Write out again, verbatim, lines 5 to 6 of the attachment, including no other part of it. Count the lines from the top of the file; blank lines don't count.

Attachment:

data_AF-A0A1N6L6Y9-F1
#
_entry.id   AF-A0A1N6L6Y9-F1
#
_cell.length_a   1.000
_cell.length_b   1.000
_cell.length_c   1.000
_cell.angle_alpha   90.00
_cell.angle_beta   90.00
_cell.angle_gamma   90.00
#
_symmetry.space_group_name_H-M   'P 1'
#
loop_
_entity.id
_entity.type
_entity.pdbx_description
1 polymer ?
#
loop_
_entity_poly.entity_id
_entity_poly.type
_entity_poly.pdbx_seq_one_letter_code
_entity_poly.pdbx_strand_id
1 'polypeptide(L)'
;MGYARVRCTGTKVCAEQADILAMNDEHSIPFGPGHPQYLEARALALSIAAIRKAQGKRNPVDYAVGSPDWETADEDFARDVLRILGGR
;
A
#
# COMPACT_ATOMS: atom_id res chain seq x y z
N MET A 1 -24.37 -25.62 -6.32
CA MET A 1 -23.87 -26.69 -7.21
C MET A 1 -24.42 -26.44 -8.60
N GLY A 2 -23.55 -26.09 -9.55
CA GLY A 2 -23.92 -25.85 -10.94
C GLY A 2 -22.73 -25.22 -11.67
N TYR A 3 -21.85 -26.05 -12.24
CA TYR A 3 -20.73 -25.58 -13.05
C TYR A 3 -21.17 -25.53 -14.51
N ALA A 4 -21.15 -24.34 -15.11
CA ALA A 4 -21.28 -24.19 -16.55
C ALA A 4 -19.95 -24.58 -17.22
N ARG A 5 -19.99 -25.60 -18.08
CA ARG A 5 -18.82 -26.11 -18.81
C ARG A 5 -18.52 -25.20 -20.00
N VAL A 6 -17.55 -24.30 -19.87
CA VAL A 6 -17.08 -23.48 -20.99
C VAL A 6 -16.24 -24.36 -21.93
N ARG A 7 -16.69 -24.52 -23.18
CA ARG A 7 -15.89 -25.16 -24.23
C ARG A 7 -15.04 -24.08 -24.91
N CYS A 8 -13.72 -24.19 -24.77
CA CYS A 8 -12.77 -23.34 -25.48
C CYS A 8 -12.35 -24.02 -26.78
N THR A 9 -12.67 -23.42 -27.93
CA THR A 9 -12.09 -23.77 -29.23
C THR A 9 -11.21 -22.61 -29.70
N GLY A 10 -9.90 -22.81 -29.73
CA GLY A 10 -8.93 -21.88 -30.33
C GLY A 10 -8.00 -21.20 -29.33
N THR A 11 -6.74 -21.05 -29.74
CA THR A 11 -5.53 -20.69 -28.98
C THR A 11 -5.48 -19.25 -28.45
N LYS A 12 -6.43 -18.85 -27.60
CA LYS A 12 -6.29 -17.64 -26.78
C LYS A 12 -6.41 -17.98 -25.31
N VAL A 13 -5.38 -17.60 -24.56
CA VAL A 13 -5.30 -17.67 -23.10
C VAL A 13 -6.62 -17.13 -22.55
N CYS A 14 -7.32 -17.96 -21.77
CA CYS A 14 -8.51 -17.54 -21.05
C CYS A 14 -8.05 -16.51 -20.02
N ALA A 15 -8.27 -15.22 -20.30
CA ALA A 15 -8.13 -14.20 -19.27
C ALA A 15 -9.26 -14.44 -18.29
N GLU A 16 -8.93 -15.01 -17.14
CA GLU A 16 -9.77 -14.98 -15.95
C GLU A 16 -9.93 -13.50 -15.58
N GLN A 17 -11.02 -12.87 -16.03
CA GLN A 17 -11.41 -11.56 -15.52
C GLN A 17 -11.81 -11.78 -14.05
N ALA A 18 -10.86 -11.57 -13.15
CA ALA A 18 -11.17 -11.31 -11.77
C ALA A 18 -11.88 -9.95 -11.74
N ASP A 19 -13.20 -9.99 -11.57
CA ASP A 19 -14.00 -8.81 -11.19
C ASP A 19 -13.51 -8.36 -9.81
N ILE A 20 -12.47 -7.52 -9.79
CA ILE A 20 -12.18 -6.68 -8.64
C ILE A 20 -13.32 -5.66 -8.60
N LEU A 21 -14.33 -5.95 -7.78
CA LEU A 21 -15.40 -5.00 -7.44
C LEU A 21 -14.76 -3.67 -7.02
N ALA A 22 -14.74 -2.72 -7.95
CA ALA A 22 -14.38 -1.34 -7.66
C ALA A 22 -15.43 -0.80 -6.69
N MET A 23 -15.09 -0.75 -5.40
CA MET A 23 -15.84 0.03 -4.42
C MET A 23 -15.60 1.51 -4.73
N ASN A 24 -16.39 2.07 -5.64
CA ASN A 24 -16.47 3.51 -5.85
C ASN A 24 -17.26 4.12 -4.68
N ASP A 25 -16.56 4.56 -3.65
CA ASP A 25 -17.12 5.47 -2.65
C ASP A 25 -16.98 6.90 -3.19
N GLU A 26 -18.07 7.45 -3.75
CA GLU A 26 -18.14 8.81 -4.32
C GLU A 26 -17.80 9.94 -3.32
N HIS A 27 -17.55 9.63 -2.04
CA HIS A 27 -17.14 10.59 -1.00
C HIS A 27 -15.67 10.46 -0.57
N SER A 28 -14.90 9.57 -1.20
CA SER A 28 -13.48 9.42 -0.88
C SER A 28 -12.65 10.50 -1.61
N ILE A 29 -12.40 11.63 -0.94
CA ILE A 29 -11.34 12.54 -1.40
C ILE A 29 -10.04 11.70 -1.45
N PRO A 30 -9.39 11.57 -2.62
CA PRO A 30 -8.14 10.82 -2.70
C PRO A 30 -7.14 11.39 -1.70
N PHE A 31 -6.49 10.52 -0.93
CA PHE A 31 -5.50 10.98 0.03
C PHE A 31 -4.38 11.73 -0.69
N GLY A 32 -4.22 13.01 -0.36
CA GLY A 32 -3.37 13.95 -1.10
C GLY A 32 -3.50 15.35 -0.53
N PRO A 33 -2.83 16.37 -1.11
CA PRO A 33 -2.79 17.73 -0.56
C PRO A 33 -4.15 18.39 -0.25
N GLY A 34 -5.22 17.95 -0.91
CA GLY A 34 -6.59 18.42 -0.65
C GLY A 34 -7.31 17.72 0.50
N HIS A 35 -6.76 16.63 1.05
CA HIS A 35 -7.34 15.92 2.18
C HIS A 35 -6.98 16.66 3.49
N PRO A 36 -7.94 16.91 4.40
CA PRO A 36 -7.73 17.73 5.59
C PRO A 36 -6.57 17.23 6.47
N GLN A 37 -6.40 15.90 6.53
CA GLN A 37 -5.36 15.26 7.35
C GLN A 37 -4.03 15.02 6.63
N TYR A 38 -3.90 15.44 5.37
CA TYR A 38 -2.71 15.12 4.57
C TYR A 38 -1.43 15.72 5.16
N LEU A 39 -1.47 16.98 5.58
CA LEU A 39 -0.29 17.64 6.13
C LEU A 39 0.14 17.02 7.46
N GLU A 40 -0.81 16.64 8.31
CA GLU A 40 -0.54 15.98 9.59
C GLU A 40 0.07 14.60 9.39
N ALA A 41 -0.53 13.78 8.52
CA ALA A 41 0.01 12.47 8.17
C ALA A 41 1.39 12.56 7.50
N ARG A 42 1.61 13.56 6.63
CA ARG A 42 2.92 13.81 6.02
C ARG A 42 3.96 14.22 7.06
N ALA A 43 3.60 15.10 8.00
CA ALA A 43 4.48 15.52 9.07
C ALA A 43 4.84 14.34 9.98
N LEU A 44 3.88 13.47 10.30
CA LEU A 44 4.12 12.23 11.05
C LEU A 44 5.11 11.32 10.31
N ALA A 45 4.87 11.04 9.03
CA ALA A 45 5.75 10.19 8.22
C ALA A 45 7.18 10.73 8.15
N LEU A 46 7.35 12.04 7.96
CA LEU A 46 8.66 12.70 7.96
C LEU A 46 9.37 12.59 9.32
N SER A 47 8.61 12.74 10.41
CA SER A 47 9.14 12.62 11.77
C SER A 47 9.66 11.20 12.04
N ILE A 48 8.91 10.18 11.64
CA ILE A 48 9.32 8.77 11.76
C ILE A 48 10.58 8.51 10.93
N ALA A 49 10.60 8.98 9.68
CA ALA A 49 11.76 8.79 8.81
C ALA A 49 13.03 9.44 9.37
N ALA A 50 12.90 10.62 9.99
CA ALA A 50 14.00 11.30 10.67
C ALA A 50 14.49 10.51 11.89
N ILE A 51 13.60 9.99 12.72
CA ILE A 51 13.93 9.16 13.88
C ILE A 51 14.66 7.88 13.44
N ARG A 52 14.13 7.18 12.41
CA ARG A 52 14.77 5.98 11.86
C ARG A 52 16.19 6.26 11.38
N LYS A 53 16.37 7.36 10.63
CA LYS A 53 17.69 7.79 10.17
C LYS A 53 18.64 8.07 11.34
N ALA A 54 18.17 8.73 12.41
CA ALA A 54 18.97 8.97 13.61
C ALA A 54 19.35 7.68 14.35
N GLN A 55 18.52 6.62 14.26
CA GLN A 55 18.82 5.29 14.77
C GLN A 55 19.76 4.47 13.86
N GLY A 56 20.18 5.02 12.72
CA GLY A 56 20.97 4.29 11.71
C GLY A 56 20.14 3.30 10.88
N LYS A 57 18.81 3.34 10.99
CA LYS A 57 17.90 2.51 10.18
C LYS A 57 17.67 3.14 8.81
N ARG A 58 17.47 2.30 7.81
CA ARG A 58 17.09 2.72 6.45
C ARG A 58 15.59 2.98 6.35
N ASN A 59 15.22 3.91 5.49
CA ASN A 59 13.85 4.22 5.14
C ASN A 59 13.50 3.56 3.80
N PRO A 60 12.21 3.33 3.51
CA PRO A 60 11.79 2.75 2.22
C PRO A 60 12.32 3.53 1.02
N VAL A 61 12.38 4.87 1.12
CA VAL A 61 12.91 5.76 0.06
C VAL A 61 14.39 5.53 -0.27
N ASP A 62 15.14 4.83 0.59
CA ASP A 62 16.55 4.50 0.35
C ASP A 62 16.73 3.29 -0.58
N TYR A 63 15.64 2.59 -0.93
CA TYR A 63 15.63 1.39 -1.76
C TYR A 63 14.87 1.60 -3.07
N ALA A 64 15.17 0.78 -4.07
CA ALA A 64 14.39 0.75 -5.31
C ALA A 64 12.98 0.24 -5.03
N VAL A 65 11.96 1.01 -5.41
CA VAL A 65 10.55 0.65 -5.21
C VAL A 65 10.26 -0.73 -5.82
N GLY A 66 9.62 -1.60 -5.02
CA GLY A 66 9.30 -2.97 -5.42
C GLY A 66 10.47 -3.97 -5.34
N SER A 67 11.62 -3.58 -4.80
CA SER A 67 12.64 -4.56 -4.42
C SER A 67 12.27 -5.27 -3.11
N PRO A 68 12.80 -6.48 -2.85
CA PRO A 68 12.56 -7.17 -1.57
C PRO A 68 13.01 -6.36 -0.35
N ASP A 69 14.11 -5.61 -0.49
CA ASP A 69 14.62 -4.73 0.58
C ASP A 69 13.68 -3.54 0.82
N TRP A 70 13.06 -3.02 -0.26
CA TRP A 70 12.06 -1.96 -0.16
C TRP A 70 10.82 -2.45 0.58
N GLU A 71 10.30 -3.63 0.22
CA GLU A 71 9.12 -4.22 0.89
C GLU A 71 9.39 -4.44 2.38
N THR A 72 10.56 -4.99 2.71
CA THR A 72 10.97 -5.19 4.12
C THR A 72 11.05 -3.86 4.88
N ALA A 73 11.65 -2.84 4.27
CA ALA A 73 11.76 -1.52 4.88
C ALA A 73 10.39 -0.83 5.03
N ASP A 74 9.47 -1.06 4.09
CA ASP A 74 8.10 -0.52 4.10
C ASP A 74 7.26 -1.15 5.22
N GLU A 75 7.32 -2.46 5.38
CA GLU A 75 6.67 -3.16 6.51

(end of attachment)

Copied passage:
_cell.length_a   1.000
_cell.length_b   1.000